Date of Award
Doctor of Philosophy
John M. Scheb
Anthony Nownes, Michael Fitzgerald, Dorothy McCauley
Many facets of the institution of the presidency warrant examination. Individual presidents, cabinets, staffs, and first ladies have all been studied in-depth, but one aspect of the presidency remains fundamentally unexplored: the political activities of presidential children.
Role analysis using case studies was the method of examination used. Role analysis was the method used in early studies on first ladies and is replicated in this study on presidential children. The basic assumption is that all presidential children from Kennedy through Clinton have performed political roles. By examining the repeated political activities of the 24 presidential children, five political roles were designated. First is the role of symbol. Symbols serve to display the presidential candidate or president as a person that is a good family man, loving father, and someone with high moral integrity. Surrogates serve to stand in for the president when the president cannot be present. The bulk of a surrogate’s role takes place on the campaign trail. The increase in importance of primaries and the decrease in power of political parties have both made the need for campaign surrogates mandatory. Informal advisors/confidant(e)s provide opinions and advice to the president. Skeletons tend to embarrass the president. Finally, if an individual president child performs several of these roles equally, they are labeled as hybrids. Each of the 24 children from the Kennedy through Clinton is categorized in of the above roles and their actions and impacts are analyzed through expansive case studies.
The findings display that all presidential children have performed at least one of these political roles. It is interesting to note that these roles vary by the age of the child. Those children younger than 18 years old were almost exclusively symbols because they really had no other choice. The study also highlights that the use of symbols has become more important since the beginning of the media age of American politics. In many cases, images have become more important than messages, and younger children of presidents are utilized as image-makers to help increase the popularity of the candidate or president. Roles also vary by the sex of the child. Female children are often called upon to fill in for the first lady as hostess at the White House while the male children are not. Though a historical overview of the political activities of presidential children have been important political actors even before the dawn of the media age.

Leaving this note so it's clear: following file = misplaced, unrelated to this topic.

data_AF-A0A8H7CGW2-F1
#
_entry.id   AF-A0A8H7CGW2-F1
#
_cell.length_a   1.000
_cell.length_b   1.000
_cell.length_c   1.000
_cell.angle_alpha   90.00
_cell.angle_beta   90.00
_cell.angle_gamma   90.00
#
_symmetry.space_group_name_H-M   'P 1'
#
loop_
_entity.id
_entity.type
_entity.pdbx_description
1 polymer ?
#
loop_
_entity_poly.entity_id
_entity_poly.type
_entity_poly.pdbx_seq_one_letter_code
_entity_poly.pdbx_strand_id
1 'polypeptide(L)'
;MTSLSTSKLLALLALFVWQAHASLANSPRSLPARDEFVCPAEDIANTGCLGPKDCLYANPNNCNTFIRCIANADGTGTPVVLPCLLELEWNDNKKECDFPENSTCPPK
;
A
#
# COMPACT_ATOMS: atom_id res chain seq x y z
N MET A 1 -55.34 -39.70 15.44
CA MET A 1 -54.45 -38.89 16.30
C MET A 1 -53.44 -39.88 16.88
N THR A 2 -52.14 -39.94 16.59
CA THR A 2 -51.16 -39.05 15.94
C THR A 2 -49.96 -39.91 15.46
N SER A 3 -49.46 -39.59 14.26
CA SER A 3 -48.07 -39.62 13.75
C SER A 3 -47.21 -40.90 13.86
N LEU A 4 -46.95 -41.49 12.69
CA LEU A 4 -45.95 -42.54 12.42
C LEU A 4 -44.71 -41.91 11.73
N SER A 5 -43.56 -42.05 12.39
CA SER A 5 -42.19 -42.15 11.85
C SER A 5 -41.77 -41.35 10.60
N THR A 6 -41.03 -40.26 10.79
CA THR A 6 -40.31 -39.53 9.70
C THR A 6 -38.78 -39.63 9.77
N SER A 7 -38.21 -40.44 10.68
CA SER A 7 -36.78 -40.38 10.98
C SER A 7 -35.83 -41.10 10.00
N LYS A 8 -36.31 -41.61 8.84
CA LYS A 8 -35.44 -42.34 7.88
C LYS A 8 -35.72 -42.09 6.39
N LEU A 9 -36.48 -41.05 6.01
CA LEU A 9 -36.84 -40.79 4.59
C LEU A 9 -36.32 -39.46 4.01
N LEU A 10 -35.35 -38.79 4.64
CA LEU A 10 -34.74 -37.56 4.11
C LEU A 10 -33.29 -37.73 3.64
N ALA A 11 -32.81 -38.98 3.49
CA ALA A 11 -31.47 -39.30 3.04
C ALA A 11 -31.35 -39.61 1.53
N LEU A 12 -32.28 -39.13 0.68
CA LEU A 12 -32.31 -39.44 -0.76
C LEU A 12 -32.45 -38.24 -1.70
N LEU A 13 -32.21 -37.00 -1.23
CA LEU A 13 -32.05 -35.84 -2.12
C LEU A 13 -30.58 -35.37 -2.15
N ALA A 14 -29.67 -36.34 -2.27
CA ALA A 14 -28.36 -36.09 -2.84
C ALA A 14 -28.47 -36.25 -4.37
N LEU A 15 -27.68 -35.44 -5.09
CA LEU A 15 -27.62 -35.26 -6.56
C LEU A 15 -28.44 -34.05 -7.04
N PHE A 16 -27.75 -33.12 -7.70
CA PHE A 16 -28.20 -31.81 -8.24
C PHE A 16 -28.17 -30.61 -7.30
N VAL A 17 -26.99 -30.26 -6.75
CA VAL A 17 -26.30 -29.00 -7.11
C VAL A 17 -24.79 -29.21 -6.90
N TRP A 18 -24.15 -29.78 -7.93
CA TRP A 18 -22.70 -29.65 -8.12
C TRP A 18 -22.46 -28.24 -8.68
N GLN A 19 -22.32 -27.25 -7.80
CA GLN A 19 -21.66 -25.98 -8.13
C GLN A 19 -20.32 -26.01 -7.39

Finally, this study is significant to presidential studies for several reasons. First, it seems as if the presidential strategy of “going public” has been conceptualized too narrowly. Beyond presidents making personal appeals to the American people, “going public” may also include activities such as sending surrogates out to interact with the public. Second, presidential children can be seen as extensions of the presidents himself. This is extremely significant because it means that presidents with children, or more specifically, active children, may in fact have an advantage over presidents without children. If presidential power is personal, then having active children may increase the total sum of personal power. Third, having, children increase a president’s ability to manipulate or mold public perceptions of him through their symbolism. Finally, just as formal staff and advisor influence the decisions presidents make, so too do presidential children. Therefore, presidential children can perform multiple roles that do have an affect on the institution of the presidency. They can be physical surrogates, symbolic personifications, mouthpieces of Administrative policies, and protectors of the president, ambassadors overseas for the president, public defenders, or extensions of the president himself. Therefore, this study elucidates that although presidential children may not be formal players in the institution of the presidency, though their personal influence they impact the institution nonetheless.
Warters, Tabitha Alissa, "The Political Roles of Presidential Children: Kennedy through Clinton. " PhD diss., University of Tennessee, 2004.